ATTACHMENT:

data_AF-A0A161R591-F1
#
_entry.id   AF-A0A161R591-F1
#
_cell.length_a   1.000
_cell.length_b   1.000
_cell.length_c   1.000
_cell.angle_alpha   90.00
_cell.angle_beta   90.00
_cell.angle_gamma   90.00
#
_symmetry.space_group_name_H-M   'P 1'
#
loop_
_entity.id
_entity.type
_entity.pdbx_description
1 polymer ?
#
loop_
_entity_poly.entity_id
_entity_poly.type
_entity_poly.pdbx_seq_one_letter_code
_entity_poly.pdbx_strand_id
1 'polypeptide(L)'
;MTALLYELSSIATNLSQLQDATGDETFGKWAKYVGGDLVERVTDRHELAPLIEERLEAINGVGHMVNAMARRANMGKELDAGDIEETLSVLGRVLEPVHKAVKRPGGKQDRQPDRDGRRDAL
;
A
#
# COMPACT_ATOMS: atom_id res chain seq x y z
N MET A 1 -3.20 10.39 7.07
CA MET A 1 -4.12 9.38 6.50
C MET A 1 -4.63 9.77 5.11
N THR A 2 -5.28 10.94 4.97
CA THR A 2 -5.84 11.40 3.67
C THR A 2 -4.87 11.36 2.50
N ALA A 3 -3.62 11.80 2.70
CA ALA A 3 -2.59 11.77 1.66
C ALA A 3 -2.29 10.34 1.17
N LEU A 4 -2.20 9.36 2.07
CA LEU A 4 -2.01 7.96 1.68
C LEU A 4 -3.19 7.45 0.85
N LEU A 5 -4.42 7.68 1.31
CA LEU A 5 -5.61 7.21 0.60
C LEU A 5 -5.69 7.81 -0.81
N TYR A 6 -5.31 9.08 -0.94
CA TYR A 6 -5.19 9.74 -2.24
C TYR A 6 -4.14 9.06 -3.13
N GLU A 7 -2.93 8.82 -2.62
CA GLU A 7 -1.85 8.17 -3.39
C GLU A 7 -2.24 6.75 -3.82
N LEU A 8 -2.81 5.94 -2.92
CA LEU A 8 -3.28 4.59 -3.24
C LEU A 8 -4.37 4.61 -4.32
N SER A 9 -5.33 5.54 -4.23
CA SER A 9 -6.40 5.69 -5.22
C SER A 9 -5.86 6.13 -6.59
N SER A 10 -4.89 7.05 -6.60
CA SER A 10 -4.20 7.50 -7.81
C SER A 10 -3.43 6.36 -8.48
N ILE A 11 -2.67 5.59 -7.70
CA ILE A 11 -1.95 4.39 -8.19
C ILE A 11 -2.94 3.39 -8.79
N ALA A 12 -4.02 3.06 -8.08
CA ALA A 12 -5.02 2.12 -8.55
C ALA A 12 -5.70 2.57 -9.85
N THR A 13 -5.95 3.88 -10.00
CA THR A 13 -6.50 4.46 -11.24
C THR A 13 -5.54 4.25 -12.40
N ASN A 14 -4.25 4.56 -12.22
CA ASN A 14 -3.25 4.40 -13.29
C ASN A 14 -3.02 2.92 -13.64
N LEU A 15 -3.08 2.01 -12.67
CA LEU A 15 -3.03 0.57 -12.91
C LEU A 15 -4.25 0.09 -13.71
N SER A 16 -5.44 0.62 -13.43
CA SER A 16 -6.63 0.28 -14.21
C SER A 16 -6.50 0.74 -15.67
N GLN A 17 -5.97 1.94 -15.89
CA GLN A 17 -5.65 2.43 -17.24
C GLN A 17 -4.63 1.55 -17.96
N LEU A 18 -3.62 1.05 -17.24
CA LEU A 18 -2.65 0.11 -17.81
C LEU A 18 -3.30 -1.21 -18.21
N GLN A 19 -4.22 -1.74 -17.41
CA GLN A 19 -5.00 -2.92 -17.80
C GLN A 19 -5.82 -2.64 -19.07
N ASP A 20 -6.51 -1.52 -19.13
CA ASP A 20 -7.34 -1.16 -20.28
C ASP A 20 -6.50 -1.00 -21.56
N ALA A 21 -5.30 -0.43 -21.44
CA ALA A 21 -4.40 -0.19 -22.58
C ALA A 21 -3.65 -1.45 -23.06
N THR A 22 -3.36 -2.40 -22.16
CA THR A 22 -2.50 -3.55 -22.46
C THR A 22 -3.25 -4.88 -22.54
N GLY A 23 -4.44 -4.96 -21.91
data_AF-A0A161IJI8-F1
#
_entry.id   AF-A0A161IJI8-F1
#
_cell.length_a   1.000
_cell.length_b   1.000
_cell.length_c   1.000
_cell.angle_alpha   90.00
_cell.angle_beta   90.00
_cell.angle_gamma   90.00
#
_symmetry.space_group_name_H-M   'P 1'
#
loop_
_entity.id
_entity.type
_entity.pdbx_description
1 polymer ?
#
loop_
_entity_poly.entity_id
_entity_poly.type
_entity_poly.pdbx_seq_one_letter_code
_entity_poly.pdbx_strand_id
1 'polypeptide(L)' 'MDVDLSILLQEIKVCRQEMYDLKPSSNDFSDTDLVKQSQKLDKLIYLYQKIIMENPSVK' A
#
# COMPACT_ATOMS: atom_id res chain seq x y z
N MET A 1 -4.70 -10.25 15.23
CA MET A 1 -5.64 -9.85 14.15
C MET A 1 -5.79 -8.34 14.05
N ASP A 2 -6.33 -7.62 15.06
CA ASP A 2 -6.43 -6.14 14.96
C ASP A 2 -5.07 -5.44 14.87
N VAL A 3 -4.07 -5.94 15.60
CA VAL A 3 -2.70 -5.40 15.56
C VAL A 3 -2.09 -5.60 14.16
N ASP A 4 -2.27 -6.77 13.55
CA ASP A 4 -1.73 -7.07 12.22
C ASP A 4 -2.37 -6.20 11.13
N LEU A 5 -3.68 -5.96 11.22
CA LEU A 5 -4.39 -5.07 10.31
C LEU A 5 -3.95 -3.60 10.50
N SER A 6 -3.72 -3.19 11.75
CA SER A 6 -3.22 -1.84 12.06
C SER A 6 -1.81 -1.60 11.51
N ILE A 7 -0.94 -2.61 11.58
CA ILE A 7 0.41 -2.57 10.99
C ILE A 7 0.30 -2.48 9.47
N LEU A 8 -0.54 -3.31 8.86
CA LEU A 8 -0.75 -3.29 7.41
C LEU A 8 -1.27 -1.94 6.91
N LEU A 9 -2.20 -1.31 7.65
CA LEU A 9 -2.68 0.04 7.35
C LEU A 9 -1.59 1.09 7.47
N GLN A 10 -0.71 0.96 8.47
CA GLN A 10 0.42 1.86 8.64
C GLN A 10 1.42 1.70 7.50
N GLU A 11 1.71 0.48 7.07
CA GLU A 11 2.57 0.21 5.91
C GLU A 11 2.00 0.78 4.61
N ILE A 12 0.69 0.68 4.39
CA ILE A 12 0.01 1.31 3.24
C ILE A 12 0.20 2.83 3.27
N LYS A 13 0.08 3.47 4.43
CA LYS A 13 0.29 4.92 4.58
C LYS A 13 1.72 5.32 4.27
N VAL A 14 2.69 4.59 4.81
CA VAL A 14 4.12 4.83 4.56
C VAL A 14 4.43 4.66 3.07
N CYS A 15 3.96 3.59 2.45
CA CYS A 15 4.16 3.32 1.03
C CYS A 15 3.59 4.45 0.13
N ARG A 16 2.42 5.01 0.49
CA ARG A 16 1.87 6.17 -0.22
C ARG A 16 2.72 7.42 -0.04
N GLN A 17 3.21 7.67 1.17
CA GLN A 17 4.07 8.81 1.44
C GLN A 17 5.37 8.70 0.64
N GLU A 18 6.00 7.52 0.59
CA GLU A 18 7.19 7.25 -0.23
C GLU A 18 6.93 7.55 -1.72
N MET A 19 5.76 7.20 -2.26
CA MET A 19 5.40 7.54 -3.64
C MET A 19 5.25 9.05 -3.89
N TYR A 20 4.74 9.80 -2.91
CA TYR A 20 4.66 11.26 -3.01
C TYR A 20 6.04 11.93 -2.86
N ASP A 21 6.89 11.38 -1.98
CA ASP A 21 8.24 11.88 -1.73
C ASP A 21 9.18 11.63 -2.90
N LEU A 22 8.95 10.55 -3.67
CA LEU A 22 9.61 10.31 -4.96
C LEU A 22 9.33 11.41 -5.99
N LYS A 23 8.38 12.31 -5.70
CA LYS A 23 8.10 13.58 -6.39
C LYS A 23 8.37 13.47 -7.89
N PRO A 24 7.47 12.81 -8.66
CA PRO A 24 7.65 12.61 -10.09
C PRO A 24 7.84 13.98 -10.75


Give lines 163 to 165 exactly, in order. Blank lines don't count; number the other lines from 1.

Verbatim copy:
C LYS A 13 1.72 5.32 4.27
N VAL A 14 2.69 4.59 4.81
CA VAL A 14 4.12 4.83 4.56